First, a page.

3 Common Social Metrics

Social metrics evaluate how a firm’s policies impact its human capital and society at large. Attempts to quantify these metrics have largely been implemented on a per-occurrence basis or as a rate over time.

•   Human resources: Evaluates how a company treats its workforce, frequency/magnitude of any workplace litigation, and employee turnover.

•   Labor safety: Tracks a firm’s commitment to safe labor practices via metrics like frequency of workplace accidents and lost productivity.

•   Products: Examines a firm’s product quality and sustainability through metrics like number of recalls, complaints, or even frequency of litigation. Can also be linked to environmental when it comes to how product inputs are sourced.

3 Common Governance Metrics

Governance metrics pertain to issues relating to business ethics, mitigation of agency risks, and reporting transparency. These can be measured in terms of how executives are compensated, board policies, and accounting choices, among others.

•   Ownership Structure: Reviews how faithful a firm is to its shareholders when it comes to metrics like the number of independent directors on the board, or how voting rights are distributed between management and shareholders.

•   Executive Compensation: Measures executive compensation relative to industry standards or company profitability. Can also be tied to social when measuring how compensation structures vary for different genders/minorities.

•   Financial Reporting: Tracks a firm’s accounting policies and how comprehensive and accurate they are. Could involve reviewing a firm’s books for key disclosures or frequency of one-off exceptions.

How Can Investors Use ESG Metrics?

Investors will want to adopt a long-term perspective when it comes to evaluating investments using ESG metrics, as the principles of ESG are built off the basis of long-term secular trends when it comes to technology and social issues. The goal is to invest in companies with positive ESG traits while avoiding or underweighting firms with negative ESG traits.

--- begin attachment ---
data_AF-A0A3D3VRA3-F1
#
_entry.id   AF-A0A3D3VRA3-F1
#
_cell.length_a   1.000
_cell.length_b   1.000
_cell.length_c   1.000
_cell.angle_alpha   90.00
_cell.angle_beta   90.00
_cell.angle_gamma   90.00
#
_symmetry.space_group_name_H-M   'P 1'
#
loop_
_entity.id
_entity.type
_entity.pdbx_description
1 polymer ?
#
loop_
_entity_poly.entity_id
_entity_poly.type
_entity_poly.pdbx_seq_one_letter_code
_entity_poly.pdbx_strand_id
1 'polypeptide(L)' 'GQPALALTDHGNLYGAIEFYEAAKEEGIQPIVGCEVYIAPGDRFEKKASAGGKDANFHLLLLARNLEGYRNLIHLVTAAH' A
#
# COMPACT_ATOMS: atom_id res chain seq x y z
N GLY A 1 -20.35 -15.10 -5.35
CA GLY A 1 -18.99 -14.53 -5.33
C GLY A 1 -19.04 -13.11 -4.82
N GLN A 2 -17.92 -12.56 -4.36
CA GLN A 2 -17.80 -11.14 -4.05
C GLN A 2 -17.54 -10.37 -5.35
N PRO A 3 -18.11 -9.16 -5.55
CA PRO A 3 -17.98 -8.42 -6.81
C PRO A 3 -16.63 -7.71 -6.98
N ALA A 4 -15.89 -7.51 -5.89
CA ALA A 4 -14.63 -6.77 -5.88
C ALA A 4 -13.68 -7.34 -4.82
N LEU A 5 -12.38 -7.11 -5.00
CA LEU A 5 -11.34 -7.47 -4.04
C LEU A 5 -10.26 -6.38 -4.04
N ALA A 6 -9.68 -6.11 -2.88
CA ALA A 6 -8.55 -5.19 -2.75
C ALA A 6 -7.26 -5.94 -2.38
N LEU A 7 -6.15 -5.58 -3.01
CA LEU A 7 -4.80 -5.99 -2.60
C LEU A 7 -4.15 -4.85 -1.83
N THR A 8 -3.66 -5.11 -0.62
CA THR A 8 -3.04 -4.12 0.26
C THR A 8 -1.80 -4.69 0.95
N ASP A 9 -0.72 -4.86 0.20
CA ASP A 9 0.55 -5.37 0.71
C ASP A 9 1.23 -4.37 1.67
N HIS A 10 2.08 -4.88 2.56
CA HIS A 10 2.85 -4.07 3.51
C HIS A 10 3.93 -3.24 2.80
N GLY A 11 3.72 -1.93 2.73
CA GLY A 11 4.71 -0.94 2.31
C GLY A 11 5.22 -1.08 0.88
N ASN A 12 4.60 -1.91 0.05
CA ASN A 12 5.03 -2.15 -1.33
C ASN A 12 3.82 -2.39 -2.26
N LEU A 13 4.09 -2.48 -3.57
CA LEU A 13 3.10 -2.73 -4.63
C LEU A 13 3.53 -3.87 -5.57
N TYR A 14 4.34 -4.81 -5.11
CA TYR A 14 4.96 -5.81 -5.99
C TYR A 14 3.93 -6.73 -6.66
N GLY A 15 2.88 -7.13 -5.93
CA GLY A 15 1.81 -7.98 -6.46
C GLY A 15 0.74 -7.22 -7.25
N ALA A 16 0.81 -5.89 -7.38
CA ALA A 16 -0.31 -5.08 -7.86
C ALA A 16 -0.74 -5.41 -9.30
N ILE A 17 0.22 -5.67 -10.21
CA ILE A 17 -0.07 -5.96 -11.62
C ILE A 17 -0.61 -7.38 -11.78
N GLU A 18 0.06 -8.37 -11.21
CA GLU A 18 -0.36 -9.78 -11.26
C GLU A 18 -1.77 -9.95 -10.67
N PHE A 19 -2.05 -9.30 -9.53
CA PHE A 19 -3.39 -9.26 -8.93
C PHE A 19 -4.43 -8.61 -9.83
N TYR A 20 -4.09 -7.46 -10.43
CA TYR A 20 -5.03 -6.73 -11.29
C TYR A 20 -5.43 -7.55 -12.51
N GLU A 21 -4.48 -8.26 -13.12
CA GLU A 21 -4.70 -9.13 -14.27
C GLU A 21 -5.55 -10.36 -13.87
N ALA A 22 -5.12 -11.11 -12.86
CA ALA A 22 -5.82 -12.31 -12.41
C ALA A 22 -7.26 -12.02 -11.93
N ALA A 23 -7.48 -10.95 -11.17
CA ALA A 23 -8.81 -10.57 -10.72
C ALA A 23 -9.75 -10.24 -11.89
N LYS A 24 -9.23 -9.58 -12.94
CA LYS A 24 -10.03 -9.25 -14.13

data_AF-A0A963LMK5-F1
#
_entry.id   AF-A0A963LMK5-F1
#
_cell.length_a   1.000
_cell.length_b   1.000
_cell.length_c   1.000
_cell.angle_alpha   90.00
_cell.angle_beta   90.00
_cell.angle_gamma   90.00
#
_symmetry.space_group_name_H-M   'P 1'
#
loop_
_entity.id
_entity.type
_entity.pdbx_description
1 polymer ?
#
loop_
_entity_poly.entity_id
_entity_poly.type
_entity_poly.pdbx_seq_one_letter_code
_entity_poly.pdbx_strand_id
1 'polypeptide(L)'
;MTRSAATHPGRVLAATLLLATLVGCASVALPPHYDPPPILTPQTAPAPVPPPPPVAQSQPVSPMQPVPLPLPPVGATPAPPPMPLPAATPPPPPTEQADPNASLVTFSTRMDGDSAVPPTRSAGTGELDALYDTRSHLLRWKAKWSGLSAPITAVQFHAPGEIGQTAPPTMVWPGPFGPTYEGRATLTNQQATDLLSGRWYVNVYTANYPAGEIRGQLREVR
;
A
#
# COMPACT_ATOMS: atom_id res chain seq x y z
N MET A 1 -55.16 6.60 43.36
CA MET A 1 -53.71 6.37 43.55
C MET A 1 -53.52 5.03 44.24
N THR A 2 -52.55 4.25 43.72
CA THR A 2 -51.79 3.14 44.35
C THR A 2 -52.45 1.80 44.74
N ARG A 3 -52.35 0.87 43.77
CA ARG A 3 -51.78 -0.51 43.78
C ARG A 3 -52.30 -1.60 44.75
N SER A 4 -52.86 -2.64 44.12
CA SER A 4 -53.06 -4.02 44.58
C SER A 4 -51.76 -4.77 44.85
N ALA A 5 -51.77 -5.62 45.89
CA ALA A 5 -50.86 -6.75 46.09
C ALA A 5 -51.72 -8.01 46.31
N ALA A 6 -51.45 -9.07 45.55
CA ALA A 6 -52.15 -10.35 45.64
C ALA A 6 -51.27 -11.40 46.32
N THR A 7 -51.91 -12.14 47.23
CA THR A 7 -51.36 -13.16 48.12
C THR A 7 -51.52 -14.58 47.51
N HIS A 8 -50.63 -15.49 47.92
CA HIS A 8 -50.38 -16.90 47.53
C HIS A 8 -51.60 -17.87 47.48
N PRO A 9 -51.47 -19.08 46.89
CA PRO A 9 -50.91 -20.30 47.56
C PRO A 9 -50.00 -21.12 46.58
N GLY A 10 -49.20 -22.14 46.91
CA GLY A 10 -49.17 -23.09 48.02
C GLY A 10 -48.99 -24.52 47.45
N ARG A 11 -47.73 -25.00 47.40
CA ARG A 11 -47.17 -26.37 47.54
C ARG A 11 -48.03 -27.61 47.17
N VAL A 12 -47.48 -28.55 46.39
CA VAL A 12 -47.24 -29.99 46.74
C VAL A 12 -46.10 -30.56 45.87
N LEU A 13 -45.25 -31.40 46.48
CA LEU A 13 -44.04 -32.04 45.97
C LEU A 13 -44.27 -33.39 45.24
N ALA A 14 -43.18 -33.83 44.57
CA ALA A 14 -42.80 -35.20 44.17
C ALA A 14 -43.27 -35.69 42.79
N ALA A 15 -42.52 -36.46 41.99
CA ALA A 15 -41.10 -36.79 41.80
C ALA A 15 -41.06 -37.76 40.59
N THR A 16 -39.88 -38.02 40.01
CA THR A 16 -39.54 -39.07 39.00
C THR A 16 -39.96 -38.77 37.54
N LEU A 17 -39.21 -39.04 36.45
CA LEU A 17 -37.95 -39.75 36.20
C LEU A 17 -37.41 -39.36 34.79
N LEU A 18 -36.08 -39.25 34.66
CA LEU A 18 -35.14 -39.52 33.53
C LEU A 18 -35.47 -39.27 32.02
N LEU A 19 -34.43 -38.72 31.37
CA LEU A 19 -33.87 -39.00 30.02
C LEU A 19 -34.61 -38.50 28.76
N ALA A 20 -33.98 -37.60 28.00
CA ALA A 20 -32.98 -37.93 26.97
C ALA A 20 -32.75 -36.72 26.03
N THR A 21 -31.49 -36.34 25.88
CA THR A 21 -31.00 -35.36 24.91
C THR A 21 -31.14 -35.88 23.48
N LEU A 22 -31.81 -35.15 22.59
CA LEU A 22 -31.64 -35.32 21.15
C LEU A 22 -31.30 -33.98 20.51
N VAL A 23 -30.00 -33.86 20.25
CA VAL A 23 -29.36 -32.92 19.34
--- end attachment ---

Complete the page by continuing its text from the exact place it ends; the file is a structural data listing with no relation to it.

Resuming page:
Investors will want to be discerning when investing in specific firms or funds that advertise an ESG approach. The wide range of ESG frameworks mean that some firms may cherry-pick which ESG metrics they wish to disclose. Investment funds and exchange-traded funds (ETFs) that tout an ESG-based approach may use their own proprietary metrics when deciding how to allocate ESG investments; which may make them difficult to compare.

When using ESG metrics, you’ll want to examine all ESG-related disclosures closely and ensure that there’s consistency in the data being reported. Depending on the metric you’re examining, you may wish to avoid making comparisons across disparate industries and focus on identifying “best-in-class” investments for a single industry.

How do Firms Report ESG Metrics?

How each firm reports its ESG metrics depends on its policies regarding disclosures.

When it comes to policy implementation, firms often set ESG targets to meet or exceed guidelines set by governments, non-profits, or agencies; they may survey their own stakeholders and shareholders to gauge how they view company performance on ESG issues, or hire third parties to survey their customer base on their behalf.

Keep in mind, the adoption of ESG frameworks can vary widely by firm and disclosure of these metrics is still voluntary. Additionally, certain metrics may be difficult to quantify and in some cases, management, stakeholders, or shareholders may disagree on the impact of certain ESG factors.

As a result, professional money managers sometimes may solicit the assistance of third-party ESG consultants to obtain an independent assessment of how a company actually performs on ESG metrics.

The Takeaway

When used properly, ESG metrics offer another useful dimension for evaluating investments, as it focuses on a unique set of risk factors for firms that typically isn’t captured by using traditional fundamental metrics.

However, the adoption of a unifying set of standards among firms still remains elusive, and will likely remain so until regulators choose to codify their own ESG reporting requirements.
As with any investment strategy, investors will want to manage their expectations appropriately and employ ESG metrics as part of a larger toolbox for investment analysis.

Ready to explore sustainable investing — or add ESG-focused investments to your portfolio? It’s easy when you open an Active Invest account with SoFi Invest. SoFi’s investing platform offers commission-free trades on stocks and ETFs, as well as fractional shares, IPO shares, and more.


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7 Ways to Tackle Financial Stress

7 Ways to Tackle Financial Stress

Even if you’re not the worrying type, there certainly is a lot of financial stress right now, enough to keep even the most stoic person up at night.

Inflation has been hitting 40-year highs; the supply-chain disruptions of the pandemic have led to ongoing scarcity and labor shortages. Chances are, you are shelling out more for groceries, gas, and other essentials.

Rising interest rates are threatening to price some people out of the housing market and can make credit card debt harder to eliminate. What’s more, rumblings of a recession and consequently job cuts fill the news. More than 80% of Americans surveyed are concerned about hard times ahead.